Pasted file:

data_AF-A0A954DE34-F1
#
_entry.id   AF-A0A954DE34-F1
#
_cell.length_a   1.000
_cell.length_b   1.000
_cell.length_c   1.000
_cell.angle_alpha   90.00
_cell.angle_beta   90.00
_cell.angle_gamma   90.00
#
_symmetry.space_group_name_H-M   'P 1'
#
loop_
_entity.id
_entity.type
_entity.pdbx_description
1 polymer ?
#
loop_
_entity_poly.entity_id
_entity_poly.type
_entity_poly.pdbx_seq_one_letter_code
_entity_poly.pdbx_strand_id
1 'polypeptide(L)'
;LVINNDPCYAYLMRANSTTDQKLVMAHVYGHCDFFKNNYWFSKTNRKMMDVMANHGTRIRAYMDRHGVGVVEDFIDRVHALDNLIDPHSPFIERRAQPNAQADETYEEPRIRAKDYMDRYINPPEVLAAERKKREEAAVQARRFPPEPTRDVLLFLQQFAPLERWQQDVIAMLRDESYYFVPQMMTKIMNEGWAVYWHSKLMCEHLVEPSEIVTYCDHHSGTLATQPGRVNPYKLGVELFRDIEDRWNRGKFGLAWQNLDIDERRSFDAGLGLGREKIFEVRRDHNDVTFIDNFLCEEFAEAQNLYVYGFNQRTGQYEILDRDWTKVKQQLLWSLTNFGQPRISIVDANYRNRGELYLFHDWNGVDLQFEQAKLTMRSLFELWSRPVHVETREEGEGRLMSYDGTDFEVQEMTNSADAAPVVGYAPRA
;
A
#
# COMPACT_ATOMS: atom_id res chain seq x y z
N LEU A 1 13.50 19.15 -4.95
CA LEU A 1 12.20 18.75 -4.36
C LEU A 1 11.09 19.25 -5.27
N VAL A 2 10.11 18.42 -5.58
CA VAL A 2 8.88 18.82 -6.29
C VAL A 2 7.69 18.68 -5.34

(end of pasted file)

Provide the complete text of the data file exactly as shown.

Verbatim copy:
data_AF-A0A954DE34-F1
#
_entry.id   AF-A0A954DE34-F1
#
_cell.length_a   1.000
_cell.length_b   1.000
_cell.length_c   1.000
_cell.angle_alpha   90.00
_cell.angle_beta   90.00
_cell.angle_gamma   90.00
#
_symmetry.space_group_name_H-M   'P 1'
#
loop_
_entity.id
_entity.type
_entity.pdbx_description
1 polymer ?
#
loop_
_entity_poly.entity_id
_entity_poly.type
_entity_poly.pdbx_seq_one_letter_code
_entity_poly.pdbx_strand_id
1 'polypeptide(L)'
;LVINNDPCYAYLMRANSTTDQKLVMAHVYGHCDFFKNNYWFSKTNRKMMDVMANHGTRIRAYMDRHGVGVVEDFIDRVHALDNLIDPHSPFIERRAQPNAQADETYEEPRIRAKDYMDRYINPPEVLAAERKKREEAAVQARRFPPEPTRDVLLFLQQFAPLERWQQDVIAMLRDESYYFVPQMMTKIMNEGWAVYWHSKLMCEHLVEPSEIVTYCDHHSGTLATQPGRVNPYKLGVELFRDIEDRWNRGKFGLAWQNLDIDERRSFDAGLGLGREKIFEVRRDHNDVTFIDNFLCEEFAEAQNLYVYGFNQRTGQYEILDRDWTKVKQQLLWSLTNFGQPRISIVDANYRNRGELYLFHDWNGVDLQFEQAKLTMRSLFELWSRPVHVETREEGEGRLMSYDGTDFEVQEMTNSADAAPVVGYAPRA
;
A
#
# COMPACT_ATOMS: atom_id res chain seq x y z
N LEU A 1 13.50 19.15 -4.95
CA LEU A 1 12.20 18.75 -4.36
C LEU A 1 11.09 19.25 -5.27
N VAL A 2 10.11 18.42 -5.58
CA VAL A 2 8.88 18.82 -6.29
C VAL A 2 7.69 18.68 -5.34